Bacteria are unicellular microorganisms found in every habitat on Earth. Nearly all have cell walls composed of peptidoglycan and reproduce by binary fission (cloning of cells). Although many of these microbes are harmless or beneficial to humans, others are pathogenic, causing infectious diseases.
* Identification of Bacteria *
Some of the first steps in identifying bacteria is to examine:
1. the shape of the individual bacteria.
2. whether the bacteria exist in specific groupings.
3. the colony morphology (the appearance of a "colony"; a group of millions of bacteria that arose from one single parent cell).
* Bacterial Shapes *
Most bacteria are classified according to shape:
~ bacillus (pl. bacilli) = rod-shaped
~ coccus (pl. cocci sounds like cox-eye) = spherical
~ spirillum (pl. spirilla) = spiral
Some bacteria have more unusual shapes:
~ coccobacilli = elongated coccal form
~ filamentous = bacilli that occur in long threads
~ vibrios = short, slightly curved rods
~ fusiform = bacilli with tapered ends
* Prokaryote Arrangement of Cells *
Bacteria sometimes occur in groups, rather than singly, and the single cell's shape influences the cell arrangements that they form as the bacterial cells divide.
Bacilli divide along a single axis, and are sometimes seen in pairs or chains. Since they only divide along one axis, you will not find bacilli in clusters, such as those formed by Staphylococcal bacteria.
Cocci divide on one or more planes, producing cells in:
~ pairs (diplococci)
~ chains (streptococci)
~ packets (sarcinae)
~ clusters (staphylococci)
Size, shape and arrangement of cells are often the first clues in identification of bacteria. However, since there are many "look-alikes", methods other than microscopy must be used to determine the genus and species of an organism.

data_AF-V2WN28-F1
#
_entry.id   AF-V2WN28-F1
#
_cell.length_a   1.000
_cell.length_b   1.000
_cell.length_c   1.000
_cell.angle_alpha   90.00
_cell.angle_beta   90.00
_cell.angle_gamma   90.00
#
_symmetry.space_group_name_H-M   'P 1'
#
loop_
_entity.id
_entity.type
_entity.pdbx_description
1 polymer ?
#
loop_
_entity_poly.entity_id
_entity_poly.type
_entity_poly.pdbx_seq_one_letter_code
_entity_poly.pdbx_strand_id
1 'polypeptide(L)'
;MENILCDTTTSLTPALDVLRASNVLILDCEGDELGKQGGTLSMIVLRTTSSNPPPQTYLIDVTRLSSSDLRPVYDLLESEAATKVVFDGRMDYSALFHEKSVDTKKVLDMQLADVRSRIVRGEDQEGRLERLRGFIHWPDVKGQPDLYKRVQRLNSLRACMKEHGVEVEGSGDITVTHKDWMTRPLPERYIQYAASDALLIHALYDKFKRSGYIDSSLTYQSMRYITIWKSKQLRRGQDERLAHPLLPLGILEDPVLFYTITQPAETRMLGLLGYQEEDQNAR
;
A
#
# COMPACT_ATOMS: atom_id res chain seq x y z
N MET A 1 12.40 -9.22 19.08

* Bacterial Colony Morphology *
Bacterial populations grow extremely fast when they supplied with the nutrients and environmental conditions that allow them to thrive. Through this growth, different types of bacteria will sometimes produce colonies that are distinctive in appearance. Some colonies may be colored, some are circular in shape, while others are irregular. The characteristics of a colony (shape, size, color, etc.) are termed the "colony morphology".
Colony morphology is a way scientists can identify bacteria. There are a few basic characteristics of colony morphology that are typically evaluated.
1. Form - What is the basic shape of the colony? For example, circular, filamentous, etc.
2. Elevation - What is the cross-sectional shape of the colony? To see this, turn the Petri dish on end.
3. Margin - What is the magnified shape of the edge of the colony?
4. Surface - How does the surface of the colony appear? For example, smooth, glistening, rough, dull (opposite of glistening), rugose (wrinkled), etc.
5. Opacity - Is the colony transparent (clear), opaque, translucent (almost clear, but distorted vision, like looking through frosted glass), iridescent (changing colors in reflected light), etc.
6. Chromogenesis (pigmentation) - For example, white, buff, red, purple, etc.
* Sources *
Bauman, R. (2005) Microbiology. Pearson Banjamin Cummings.
Park Talaro, K. (2008) Foundations in Microbiology. McGraw-Hill.